**High Poverty Levels Depress School
Performance of All Students**

This version
of ScatterBrain (Javascript)
has been modified to display a data set that contains student achievement in 1,019
elementary schools and middle schools in 16 of the larger school districts in
Texas. The emphasis is on demonstrating the impact of poverty upon academic
performance. The sad fact is that 60
percent of Texas’ public-school students are classified as being economically
disadvantaged. Twenty years ago this number was 45 percent. This one-third increase in the number of
Texas school children who are eligible for the federal Free or Reduced-Price
Lunch Program has made it extra difficult to show improvements in their
educational attainment. Furthermore, the
very high proportions of economically disadvantaged students in many schools
greatly multiply the difficulties of achieving satisfactory academic progress.
In addition, the concentration of large percentages of economically
disadvantaged children in a given school also reduces the progress of students
who are not designated as economically disadvantaged. The Texas school funding system’s additional
grant provided to school districts for each economically disadvantaged student
fails to meet the greatly increased cost of educating such students in schools
with very high concentrations, nor does it acknowledge the collateral costs
imposed on the non-economically disadvantaged students who attend the same
schools.

In the
following graph each middle school in Fort Bend ISD is represented by two
colored circles, one directly above the other in accordance with the percentage
of economically disadvantaged (ED) students at a school. The aqua-colored circles represent the
percentage of non-ED (NED) students achieving the grade Making Grade Level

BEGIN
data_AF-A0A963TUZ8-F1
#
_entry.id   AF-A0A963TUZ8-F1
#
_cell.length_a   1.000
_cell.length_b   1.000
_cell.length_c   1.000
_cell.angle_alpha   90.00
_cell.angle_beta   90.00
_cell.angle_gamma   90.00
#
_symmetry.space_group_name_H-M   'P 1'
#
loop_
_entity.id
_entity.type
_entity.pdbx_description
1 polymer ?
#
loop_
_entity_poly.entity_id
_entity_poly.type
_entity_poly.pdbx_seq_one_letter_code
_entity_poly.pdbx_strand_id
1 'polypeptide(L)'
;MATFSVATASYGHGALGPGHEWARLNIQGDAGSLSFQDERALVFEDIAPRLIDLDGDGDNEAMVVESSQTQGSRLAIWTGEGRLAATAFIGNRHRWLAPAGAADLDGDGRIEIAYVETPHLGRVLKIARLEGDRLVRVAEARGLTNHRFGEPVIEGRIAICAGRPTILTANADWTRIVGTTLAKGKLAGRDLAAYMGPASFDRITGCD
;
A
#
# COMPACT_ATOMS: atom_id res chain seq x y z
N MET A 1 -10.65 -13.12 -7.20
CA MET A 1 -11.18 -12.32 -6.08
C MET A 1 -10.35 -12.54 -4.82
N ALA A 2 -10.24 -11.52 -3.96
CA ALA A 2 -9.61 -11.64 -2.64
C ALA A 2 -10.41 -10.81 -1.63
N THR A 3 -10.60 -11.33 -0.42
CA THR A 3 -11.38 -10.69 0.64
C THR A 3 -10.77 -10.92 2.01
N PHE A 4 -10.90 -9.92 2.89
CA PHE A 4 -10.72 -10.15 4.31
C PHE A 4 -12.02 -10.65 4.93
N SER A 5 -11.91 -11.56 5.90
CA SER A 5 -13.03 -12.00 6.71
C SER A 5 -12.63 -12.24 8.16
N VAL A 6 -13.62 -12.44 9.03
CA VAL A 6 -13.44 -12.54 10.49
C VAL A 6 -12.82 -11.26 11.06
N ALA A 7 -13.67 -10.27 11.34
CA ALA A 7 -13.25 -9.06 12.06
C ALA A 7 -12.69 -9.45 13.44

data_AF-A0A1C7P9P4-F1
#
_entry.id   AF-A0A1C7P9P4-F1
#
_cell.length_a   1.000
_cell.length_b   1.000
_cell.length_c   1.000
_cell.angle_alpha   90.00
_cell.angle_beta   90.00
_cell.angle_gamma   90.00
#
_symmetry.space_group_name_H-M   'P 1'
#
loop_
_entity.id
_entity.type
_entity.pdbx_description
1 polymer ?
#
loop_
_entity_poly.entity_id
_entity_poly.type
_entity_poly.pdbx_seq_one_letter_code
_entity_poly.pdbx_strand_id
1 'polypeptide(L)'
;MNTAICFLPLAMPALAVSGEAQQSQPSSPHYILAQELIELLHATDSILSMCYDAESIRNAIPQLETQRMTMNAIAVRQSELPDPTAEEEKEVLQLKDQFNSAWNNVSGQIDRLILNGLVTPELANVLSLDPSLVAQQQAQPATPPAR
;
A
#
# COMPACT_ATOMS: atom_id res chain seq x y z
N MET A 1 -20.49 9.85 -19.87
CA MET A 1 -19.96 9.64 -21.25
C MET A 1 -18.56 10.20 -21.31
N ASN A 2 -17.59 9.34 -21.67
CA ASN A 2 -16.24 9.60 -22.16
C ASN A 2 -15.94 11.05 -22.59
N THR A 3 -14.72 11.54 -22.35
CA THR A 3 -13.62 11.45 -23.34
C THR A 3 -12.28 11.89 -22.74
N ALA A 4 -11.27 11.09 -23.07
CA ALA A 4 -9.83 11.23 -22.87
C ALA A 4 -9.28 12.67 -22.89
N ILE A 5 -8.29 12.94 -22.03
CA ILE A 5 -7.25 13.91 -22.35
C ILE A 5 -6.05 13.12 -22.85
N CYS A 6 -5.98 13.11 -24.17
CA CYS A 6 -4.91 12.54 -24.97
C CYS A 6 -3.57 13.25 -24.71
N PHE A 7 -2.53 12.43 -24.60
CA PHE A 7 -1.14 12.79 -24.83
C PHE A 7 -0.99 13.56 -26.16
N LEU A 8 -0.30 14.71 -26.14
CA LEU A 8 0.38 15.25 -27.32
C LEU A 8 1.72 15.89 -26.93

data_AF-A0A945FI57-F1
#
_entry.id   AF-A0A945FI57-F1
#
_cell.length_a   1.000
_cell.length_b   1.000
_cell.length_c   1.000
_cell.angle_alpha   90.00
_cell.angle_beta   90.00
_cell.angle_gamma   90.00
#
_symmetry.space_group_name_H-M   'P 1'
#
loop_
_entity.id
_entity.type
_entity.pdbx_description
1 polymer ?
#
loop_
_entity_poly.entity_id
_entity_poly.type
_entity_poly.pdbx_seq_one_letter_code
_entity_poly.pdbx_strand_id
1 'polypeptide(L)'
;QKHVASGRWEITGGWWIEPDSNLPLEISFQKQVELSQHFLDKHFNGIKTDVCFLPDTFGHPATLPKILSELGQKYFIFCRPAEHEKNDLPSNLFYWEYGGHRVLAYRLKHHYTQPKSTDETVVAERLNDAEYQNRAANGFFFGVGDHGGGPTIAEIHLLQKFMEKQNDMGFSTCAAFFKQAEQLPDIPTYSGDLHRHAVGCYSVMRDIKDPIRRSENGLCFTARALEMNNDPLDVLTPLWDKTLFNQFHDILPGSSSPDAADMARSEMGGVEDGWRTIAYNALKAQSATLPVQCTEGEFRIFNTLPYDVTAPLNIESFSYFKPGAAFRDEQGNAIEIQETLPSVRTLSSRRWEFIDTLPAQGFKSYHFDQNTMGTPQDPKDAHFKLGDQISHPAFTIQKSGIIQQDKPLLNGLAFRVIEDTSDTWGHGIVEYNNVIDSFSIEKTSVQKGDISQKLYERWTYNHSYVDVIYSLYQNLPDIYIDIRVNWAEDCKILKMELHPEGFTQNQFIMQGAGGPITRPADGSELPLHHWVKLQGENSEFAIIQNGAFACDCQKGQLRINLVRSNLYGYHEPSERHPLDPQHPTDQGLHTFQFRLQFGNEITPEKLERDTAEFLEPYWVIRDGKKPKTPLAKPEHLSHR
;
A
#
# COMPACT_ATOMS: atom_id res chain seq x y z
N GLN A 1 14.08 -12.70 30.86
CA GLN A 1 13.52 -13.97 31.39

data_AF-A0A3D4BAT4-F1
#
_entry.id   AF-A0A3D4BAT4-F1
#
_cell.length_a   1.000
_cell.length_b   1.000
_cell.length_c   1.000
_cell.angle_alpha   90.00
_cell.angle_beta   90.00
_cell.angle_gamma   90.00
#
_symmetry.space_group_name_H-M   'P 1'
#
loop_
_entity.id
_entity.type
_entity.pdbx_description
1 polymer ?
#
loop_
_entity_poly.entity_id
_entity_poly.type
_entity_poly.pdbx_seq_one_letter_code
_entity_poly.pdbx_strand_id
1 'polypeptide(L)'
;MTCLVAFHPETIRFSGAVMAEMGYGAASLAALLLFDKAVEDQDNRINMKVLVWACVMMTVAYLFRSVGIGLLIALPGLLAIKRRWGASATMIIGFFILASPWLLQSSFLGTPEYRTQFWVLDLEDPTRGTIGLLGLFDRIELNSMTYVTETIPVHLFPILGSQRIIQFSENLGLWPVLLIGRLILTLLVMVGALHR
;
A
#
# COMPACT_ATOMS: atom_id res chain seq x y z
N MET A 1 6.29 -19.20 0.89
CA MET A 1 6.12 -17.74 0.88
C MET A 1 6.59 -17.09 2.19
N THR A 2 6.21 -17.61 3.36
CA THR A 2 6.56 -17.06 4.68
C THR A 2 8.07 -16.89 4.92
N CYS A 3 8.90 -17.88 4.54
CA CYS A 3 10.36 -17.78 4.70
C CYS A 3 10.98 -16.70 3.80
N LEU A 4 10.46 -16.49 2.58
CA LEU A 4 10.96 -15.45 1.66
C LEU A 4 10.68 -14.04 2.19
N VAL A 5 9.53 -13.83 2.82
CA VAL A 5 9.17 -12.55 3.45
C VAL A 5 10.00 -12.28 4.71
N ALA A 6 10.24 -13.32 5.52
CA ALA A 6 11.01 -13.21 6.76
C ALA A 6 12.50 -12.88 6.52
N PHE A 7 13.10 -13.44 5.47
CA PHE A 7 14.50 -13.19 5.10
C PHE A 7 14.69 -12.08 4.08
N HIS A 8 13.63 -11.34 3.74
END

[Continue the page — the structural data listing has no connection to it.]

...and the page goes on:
(MGL) standard; the orange circles represent the percentages of ED students
achieving the MGL standard. The data beneath the graphs show that 75% of the
NED students met grade level in all subjects (MGL_NED) while just 37% of the ED
students met the same standard.

The software
available here produces graphs using performance data for over 1,000 schools
which together enroll 723,992 elementary and middle school students in 16
school districts. The previous diagram, and many others, can be reproduced with
this software, the individual points which represent schools can be identified
and their associated data displayed beneath the graph.

The program
is initiated by clicking on Item 2 at the left.

Items 3 – 7 at
the left contain instructions for using the program. Click on the black arrows
to show the individual steps in each case. Also, the special instructions
tailored to this modified version of the software are available by clicking on
the button [Supl. Instr.].

Item 8 permits
downloading a draft paper that analyzes and discusses the impact of increasing levels
of poverty upon the school performance of economically disadvantaged students
as well upon the performance of students who are not classified as economically
disadvantaged. The paper is based upon the data for the 16 school districts and
their 1,019 middle and elementary schools which are displayed in the scatterplots
in this section.